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Carcinoid tumors, also called neuroendocrine tumors, or NETs, are a type of submucosal nodule that can be found anywhere along the digestive tract, but are most frequently found in the rectum and a section of the small intestine called the ileum. Many have a high potential for being malignant, or cancerous. They grow out of a type of neuroendorcrine cell found in the digestive tract, called enterochromaffin cells, which help regulate gastrointestinal functions.

There are three types of carcinoid tumors:

Type 1
A majority of carcinoid tumors found in the GI tract are Type 1 tumors. These tumors often appear as multiple polyp-like lesions and are located in the stomach. Type 1 carcinoid tumors are related to multiple dynamic functions of the stomach related to acid and gastrin production. Patients may have an underlying condition called autoimmune atrophic gastritis, with or without pernicious anemia. This is where the immune system attacks the acid-producing parietal cells in the stomach, which affects the red blood cells and causes chronic inflammation and atrophy of the lining of the stomach. This causes certain cells to overgrow and lead to the development of Type 1 carcinoids. Smaller Type 1 carcinoids are generally benign, but can become malignant, particularly when greater than one centimeter in size.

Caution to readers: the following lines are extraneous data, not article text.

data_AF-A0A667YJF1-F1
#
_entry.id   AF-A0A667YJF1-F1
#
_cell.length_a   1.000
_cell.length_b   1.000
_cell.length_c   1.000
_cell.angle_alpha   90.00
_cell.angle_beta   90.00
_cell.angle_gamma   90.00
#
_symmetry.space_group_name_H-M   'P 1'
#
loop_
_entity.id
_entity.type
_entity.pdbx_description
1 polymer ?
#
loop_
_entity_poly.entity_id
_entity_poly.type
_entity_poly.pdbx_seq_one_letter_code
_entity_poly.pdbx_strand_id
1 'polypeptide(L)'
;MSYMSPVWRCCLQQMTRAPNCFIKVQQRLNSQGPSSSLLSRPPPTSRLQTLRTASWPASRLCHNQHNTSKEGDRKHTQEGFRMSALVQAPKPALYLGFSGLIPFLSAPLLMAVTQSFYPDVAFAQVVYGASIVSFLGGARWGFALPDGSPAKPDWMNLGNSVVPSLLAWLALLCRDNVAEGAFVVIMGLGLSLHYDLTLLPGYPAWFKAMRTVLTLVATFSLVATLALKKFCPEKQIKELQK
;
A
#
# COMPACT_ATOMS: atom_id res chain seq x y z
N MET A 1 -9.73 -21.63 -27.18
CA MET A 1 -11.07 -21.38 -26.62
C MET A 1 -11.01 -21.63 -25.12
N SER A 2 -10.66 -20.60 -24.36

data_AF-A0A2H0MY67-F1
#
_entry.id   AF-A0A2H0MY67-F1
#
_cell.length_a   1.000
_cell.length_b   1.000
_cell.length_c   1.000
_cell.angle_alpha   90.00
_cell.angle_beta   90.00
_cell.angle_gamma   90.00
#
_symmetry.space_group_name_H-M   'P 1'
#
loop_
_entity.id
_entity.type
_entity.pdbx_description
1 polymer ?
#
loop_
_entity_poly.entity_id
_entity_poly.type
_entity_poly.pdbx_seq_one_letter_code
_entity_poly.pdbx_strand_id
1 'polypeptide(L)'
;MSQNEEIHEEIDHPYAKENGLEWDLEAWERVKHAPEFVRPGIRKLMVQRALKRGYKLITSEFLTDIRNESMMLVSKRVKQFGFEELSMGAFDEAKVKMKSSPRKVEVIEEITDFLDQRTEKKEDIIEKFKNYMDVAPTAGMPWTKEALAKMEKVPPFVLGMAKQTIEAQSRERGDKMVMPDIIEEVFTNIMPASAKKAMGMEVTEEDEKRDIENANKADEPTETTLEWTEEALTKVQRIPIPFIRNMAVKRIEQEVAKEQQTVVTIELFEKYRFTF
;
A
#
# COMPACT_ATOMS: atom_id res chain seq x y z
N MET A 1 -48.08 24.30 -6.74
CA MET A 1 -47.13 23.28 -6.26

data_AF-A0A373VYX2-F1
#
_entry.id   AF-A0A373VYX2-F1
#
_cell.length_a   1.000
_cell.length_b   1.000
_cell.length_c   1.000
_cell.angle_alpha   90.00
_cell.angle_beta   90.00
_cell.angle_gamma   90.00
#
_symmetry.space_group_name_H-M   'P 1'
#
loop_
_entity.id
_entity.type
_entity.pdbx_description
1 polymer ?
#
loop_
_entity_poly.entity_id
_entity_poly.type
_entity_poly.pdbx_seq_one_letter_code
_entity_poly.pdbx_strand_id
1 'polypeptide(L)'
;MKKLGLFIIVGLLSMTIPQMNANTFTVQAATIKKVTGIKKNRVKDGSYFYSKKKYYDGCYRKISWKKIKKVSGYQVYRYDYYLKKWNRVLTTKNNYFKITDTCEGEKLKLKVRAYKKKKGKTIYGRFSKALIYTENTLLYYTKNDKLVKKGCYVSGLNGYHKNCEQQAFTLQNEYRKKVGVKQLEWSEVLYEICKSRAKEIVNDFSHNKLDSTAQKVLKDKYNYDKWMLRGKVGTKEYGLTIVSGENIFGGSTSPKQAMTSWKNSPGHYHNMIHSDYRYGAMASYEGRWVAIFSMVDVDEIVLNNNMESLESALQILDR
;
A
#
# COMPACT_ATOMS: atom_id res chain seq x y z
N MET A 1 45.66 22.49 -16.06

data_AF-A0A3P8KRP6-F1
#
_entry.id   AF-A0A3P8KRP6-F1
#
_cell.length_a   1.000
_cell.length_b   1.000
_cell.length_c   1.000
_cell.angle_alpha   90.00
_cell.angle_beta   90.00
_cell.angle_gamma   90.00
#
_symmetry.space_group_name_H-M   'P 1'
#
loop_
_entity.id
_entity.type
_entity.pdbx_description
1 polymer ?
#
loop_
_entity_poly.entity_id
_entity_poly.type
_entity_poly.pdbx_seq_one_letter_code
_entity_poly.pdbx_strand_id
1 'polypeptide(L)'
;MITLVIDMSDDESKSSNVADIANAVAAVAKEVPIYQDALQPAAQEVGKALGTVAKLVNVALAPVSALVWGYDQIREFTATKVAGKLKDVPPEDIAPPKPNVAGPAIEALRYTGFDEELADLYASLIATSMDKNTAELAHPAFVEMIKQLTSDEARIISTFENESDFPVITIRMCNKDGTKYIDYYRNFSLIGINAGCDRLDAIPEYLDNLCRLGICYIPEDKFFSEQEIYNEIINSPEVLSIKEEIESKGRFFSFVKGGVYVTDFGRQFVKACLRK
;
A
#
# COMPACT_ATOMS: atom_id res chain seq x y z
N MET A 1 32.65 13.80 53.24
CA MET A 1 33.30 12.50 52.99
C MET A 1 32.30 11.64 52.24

Type 2
Type 2 carcinoid tumors are the least common type of gastrointestinal carcinoid. It is thought that they develop as a result of a Zollinger-Ellison syndrome, a condition in which certain tumors, called gastrinomas, cause the stomach to produce too much gastrin-type acid. Many people who have Type 2 carcinoids also have a disorder of the endocrine system called multiple endocrine neoplasia type 1, or MEN-1. Type 2 carcinoids are generally slow-growing and considered benign.

Type 3
Type 3 carcinoids, which account for approximately 20 percent of gastrointestinal NETs, are the most aggressive type. They are known as sporadic NETs because they are not associated with any other conditions. In more than half of cases, Type 3 carcinoids are malignant, or cancerous, and metastasize to other tissues and organs.

Symptoms of carcinoids found in the ileum can include abdominal pain and obstruction of the small intestine. In cases where the carcinoid is malignant, or cancerous, it may metastasize, or spread, to the lymph nodes and liver. Rectal carcinoids may not cause any symptoms, but they can cause rectal bleeding or pain. Carcinoids that spread to the liver can lead to symptoms of carcinoid syndrome, such as diarrhea, flushing, diaphoresis, tremors, or swelling. Treatment of these tumors usually involves surgical removal of the carcinoid and surrounding tissues.